Those changes have gradually squeezed plodding back-to-the-basket scorers out of the NBA game.

Three-time first-team all-Big Ten center Ethan Happ started 139 games at Wisconsin and led the Badgers in scoring, rebounding, assists, blocks and steals as a senior. The low-post specialist went undrafted in 2019 and has spent the past three-plus seasons in Europe.

Luka Garza followed up an All-American junior season at Iowa by averaging 24.1 points as a senior and sweeping the major national player of the year awards. The skilled 6-foot-11 big man still slipped to 52nd overall in the 2021 NBA Draft amid concerns about his lack of defensive mobility.

Kofi Cockburn was a hulking, unguardable force around the rim in three seasons at Illinois, the type of center who was once an automatic first-round pick. An inability to shoot 3s or defend in space caused the first-team All-American to go undrafted in June and to sign with a Japanese club last month.

FILE - From left are Armando Bacot, North Carolina; Trayce Jackson-Davis, Indiana; Marcus Sasser, Houston; Drew Timme, Gonzaga and Oscar Tshiebwe, Kentucky. Reigning national player of the year Oscar Tshiebwe of Kentucky and Gonzaga's Drew Timme named unanimous selections to The Associated Press preseason All-America team, Monday, Oct. 24, 2022. They were joined by North Carolina forward Armando Bacot, Houston guard Marcus Sasser and Indiana forward Trayce Jackson-Davis. (AP Photo/File)
Four of the five AP preseason All-Americans are big men who opted to skip the NBA draft and return to college. (AP Photo)

NIL more lucrative than the NBA

While Cockburn chose to turn pro after his junior season last spring, other standout centers with remaining college eligibility did the opposite. They were in no rush to leave school early if they weren’t certain to be drafted and they could make significant NIL money in college.

Trayce Jackson-Davis told Yahoo Sports he was “80 percent sure” he had played his last game at Indiana after Saint Mary’s overwhelmed the Hoosiers in the NCAA tournament last March. Then the 6-foot-9 big man tested positive for COVID-19 in Brooklyn on the eve of his first NBA workout.

Even though Jackson-Davis was asymptomatic, doctors urged him to rest and to avoid contact with others for a couple weeks. As a result, Jackson-Davis had to skip the NBA draft combine and cancel five previously scheduled workouts for NBA teams.

“I had four more workouts planned but I didn’t want to totally botch them because it had been two or three weeks of basically doing nothing,” Jackson-Davis said. “I wasn’t out of shape but I wasn’t where I wanted to be to impress NBA execs.”

Unable to showcase his improvement as an outside shooter since the end of the college season, Jackson-Davis huddled with his family, his agents and his coaches and withdrew from the NBA draft. Feedback from NBA teams suggested Jackson-Davis might have been taken in the second round, but he decided returning to preseason top 15 Indiana was the more prudent choice.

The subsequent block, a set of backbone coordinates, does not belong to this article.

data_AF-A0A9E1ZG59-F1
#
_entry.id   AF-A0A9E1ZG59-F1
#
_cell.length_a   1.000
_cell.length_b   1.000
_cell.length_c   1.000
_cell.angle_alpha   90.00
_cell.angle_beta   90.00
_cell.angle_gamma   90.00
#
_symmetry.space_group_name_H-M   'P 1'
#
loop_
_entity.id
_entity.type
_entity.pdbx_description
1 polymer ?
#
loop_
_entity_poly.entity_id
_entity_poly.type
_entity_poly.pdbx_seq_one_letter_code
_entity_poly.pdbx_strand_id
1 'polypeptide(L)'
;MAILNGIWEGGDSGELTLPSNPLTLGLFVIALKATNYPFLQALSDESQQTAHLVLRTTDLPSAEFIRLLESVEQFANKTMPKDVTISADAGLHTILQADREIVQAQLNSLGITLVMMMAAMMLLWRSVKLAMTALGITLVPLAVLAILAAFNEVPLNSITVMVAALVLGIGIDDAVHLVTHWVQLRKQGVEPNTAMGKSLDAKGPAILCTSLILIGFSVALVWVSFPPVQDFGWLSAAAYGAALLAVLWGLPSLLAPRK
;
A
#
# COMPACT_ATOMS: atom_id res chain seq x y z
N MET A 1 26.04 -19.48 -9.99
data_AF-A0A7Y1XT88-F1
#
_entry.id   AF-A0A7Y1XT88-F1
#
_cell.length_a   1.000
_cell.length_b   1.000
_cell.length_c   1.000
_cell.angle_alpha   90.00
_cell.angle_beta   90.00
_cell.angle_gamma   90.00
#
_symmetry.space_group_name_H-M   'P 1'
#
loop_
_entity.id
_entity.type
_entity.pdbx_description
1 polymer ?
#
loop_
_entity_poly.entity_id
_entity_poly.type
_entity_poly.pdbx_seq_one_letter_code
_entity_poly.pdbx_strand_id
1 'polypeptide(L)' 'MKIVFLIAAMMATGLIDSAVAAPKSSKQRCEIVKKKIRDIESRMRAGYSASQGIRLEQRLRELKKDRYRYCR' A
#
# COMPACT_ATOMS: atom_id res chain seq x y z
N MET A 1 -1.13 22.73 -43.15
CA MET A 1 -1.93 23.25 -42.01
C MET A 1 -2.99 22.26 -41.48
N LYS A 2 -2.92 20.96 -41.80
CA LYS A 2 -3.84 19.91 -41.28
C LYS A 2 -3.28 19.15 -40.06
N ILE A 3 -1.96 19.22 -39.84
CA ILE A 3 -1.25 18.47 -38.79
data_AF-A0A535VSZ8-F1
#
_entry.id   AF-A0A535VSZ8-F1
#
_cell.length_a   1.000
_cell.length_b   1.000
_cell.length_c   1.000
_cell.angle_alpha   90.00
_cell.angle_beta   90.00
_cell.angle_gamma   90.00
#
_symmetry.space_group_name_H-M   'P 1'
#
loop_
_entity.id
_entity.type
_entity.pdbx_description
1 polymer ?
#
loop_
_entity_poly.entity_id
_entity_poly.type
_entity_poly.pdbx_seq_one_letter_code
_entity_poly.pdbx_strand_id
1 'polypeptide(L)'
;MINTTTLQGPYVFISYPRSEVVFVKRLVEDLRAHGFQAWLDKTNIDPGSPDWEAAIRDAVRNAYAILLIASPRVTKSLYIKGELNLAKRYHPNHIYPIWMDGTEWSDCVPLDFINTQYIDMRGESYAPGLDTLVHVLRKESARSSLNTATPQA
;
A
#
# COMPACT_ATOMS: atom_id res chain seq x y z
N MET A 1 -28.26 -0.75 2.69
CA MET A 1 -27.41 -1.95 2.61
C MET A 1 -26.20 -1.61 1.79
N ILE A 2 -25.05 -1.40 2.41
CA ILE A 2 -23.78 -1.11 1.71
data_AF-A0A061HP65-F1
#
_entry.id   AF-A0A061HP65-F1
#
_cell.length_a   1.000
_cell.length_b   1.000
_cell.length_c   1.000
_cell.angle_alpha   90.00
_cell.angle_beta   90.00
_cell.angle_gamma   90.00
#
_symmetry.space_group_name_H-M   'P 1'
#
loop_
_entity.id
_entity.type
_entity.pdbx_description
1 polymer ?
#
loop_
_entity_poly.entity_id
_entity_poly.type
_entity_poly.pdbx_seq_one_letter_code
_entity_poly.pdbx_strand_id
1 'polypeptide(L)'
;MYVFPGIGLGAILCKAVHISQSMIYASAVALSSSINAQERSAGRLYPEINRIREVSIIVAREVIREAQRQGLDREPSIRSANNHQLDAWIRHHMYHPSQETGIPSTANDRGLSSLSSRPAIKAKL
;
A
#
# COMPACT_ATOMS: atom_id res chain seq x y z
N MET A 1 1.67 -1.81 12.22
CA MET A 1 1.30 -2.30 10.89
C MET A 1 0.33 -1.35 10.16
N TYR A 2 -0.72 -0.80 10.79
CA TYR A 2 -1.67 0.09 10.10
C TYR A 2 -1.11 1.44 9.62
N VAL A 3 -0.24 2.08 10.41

“Coming back to the team that we have this year obviously made my decision easier,” Jackson-Davis said. “Then the NIL part helps a lot, too. Just being able to make money in college, I think, is really cool.”

Jackson-Davis is a brand ambassador for Pennzoil and Merchants Bank of Indiana. The Hoosiers for Good collective also pays him to use his name, image and likeness to promote certain charitable causes.

Similar NIL opportunities also played a role in Michigan 7-footer Hunter Dickinson’s decision to withdraw from the 2022 draft and return for his junior season. Dickinson has a saucy line of signature merchandise with The Players Trunk and partnerships with Outback Steakhouse and University Fancards, among others.

“Without NIL, [coming back to school] would have definitely been a harder decision to make,” Dickinson told reporters at Big Ten Media Day last month. “Now with the opportunity to make money while you’re still in college, I think that helps my decision and other guys like me.”

Few college athletes have better taken advantage of NIL more than Timme over the past 18 months. He has parlayed his signature mustache into becoming a “Chinfluencer” for Dollar Shave Club. He has showcased his deadpan sense of humor in a series of funny commercials for a Spokane casino. His website hawks anything from stickers, to T-shirts, to pint glasses. He has appeared in ads for a Washington-based furniture chain.

This week, less than six months removed from his 11th-hour return to Gonzaga, Timme plans to launch the aptly named “Gimme Timme” podcast on the iHeart Radio Network.

“The NIL is a great opportunity to try new things and see what I like and don’t like for the future,” Timme said “If this podcast works out and people enjoy it and I enjoy it, then I’ll know it’s something I might want to keep doing after college. If not, I’ll know it’s something I don’t want to keep doing.”

Timme’s NIL experience exemplifies why college basketball’s year of the big man could easily evolve into a multiyear trend. If throw-back big men remain unwanted at the NBA level, the best of them can bank as much NIL money in college as they could toiling in anonymity in the G-League or overseas.

“The NIL matters a lot,” Timme said. “It allows me to get my degree and to set myself up to be in a better position financially later in life. Without the NIL, I definitely would say there’s a chance I might have made a different decision.”